The level of aggression that Beijing has been willing to deploy against Australia has alarmed Canberra’s allies, prompting some to speak out in support. Tom Tugendhat, chairman of Britain’s Foreign Affairs Committee, called the 14 demands an “extremely aggressive act” and called on “free countries of the world to [take] this extremely seriously.” The Australian Financial Review’s Jacob Greber reported that the situation in Australia has been “regularly invoked” among policymakers in the U.S., signaling the level of alarm that has spread among Western nations. On Thursday, the Financial Times’ editorial board called for coordination among democratic allies to counter pressure from Beijing:

The rapid deterioration in the relationship between Beijing and Canberra is much more than a bilateral affair. It demonstrates how a more assertive China is now seeking to intimidate nations that are a long way from its shores, by resorting to a bullying style of “wolf warrior” diplomacy. The treatment of Australia sets a worrying precedent since China is making demands that would impinge upon the country’s domestic system — affecting basic liberties such as freedom of speech.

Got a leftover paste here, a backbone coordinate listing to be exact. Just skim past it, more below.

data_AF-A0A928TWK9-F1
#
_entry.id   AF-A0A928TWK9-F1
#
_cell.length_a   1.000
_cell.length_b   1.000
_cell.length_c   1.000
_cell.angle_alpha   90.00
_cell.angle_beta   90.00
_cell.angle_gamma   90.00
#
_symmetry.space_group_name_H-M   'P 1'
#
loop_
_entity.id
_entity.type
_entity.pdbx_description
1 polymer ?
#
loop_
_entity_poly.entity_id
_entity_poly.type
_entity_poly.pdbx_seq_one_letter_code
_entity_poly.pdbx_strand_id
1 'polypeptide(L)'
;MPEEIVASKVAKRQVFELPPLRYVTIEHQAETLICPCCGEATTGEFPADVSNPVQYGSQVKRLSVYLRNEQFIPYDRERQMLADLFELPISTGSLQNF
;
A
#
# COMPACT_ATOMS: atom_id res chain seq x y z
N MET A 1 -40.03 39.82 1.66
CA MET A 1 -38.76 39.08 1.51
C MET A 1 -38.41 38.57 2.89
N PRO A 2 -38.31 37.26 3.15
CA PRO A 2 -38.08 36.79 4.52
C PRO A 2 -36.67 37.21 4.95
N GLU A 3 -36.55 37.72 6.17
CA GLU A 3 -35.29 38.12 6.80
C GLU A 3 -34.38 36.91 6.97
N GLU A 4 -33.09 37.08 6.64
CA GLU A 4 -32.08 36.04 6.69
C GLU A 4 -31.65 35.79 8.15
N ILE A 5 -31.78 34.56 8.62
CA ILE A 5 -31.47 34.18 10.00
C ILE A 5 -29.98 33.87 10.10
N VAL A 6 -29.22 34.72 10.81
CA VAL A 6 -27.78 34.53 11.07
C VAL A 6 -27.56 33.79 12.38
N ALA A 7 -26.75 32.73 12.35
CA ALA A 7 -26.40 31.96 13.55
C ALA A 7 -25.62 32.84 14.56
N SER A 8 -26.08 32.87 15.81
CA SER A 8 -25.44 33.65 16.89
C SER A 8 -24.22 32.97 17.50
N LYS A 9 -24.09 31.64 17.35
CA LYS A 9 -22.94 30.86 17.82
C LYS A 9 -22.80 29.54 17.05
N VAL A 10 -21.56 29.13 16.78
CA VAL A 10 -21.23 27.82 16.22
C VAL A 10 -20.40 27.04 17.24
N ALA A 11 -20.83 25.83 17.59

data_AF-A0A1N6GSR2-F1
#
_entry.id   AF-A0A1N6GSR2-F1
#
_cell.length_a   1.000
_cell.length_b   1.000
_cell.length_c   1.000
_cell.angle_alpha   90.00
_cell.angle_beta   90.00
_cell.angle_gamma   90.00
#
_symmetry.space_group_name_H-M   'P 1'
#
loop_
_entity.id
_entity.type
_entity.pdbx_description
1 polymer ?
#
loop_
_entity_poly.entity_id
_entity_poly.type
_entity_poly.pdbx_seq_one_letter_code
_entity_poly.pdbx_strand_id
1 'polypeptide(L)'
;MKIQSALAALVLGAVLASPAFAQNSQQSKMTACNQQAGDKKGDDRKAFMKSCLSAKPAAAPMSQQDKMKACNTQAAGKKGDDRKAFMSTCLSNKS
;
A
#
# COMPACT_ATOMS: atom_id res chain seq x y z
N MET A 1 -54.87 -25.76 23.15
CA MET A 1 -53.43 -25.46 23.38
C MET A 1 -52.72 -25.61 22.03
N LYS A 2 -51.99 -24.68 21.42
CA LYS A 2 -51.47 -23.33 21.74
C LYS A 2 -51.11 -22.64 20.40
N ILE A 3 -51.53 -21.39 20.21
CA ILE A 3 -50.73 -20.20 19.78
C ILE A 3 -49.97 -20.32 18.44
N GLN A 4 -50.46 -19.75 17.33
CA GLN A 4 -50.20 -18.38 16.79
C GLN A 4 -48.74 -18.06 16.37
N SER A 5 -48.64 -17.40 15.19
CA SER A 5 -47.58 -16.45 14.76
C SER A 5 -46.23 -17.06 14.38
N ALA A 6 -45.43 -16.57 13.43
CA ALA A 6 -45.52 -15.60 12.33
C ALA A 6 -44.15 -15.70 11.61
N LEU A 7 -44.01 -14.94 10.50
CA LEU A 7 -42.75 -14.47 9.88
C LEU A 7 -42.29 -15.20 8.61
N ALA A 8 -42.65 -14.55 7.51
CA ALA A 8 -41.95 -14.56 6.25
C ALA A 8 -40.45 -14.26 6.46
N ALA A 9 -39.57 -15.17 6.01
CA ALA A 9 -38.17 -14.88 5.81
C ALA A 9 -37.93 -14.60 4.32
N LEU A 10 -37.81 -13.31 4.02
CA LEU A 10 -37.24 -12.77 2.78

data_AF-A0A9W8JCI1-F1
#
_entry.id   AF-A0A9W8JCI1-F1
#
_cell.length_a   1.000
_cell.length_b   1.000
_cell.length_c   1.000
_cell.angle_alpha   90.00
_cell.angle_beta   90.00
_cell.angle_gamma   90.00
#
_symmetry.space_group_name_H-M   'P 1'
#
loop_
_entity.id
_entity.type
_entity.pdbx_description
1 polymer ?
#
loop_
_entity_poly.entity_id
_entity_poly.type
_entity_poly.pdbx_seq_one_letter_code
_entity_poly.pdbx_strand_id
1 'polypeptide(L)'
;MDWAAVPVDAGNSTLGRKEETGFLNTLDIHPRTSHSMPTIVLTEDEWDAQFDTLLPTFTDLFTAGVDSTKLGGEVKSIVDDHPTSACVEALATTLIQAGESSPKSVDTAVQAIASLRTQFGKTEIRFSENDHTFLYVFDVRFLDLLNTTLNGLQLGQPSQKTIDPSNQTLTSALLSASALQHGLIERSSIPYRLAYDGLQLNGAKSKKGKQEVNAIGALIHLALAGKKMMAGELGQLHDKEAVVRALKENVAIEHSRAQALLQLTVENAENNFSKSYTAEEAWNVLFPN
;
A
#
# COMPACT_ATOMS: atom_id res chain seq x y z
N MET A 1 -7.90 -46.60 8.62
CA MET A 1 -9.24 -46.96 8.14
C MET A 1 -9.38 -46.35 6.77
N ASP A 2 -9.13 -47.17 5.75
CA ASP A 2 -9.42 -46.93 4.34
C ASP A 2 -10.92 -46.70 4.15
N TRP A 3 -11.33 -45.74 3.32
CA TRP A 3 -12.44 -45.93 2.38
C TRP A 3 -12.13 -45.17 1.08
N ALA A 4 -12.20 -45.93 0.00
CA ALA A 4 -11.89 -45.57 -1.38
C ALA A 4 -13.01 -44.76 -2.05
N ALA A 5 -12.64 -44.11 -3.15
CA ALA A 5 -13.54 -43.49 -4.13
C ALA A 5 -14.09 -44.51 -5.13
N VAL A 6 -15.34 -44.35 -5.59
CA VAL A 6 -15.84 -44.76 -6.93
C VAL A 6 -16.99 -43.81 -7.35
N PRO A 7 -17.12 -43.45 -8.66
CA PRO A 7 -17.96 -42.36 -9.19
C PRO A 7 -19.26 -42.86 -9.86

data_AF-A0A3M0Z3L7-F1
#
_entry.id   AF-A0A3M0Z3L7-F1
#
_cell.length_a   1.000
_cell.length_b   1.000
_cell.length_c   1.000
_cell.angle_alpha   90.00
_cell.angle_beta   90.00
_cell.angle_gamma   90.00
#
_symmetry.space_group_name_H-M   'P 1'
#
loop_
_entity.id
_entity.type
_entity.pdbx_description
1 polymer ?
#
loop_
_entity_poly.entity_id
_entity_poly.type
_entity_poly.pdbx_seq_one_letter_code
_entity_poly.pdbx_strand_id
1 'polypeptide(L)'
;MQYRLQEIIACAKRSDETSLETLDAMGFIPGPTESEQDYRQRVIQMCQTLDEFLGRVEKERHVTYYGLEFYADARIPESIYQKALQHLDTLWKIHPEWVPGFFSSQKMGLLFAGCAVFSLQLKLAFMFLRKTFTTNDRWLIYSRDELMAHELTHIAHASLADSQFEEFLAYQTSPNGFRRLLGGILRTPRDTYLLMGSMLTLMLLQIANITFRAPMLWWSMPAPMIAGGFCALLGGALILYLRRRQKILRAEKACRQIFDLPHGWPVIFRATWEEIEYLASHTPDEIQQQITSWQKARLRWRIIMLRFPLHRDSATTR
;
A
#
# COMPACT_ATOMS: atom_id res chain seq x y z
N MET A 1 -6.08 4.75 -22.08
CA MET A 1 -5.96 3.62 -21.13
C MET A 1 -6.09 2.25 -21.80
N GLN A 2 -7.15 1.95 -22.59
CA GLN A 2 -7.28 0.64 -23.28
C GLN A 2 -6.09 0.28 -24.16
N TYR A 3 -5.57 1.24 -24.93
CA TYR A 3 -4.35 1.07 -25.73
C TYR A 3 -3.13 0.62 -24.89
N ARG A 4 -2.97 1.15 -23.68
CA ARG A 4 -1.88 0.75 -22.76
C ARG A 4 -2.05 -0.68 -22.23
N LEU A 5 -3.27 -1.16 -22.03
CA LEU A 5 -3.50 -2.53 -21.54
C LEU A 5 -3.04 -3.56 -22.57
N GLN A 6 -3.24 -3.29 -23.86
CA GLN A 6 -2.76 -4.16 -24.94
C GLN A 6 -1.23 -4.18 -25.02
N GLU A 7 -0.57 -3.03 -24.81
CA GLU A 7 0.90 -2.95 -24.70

Democratic countries should watch this conflict closely and be prepared to support each other in pushing back against Chinese pressure. Without such co-ordination, Beijing will be encouraged in its efforts to divide and rule, inflicting real political and economic damage on democratic countries that defy its will. [Source]

Up for review at the end of this year is a bilateral trade agreement that may provide an important litmus test for how far Beijing and Canberra will allow relations to deteriorate. Experts have suggested that the two governments are unlikely to be willing to tear up the China-Australia Free Trade Agreement (ChAfta) over the current dispute. Despite their ongoing disagreements, the two earlier signed the Regional Comprehensive Economic Partnership (RCEP), a landmark trade agreement including fifteen countries.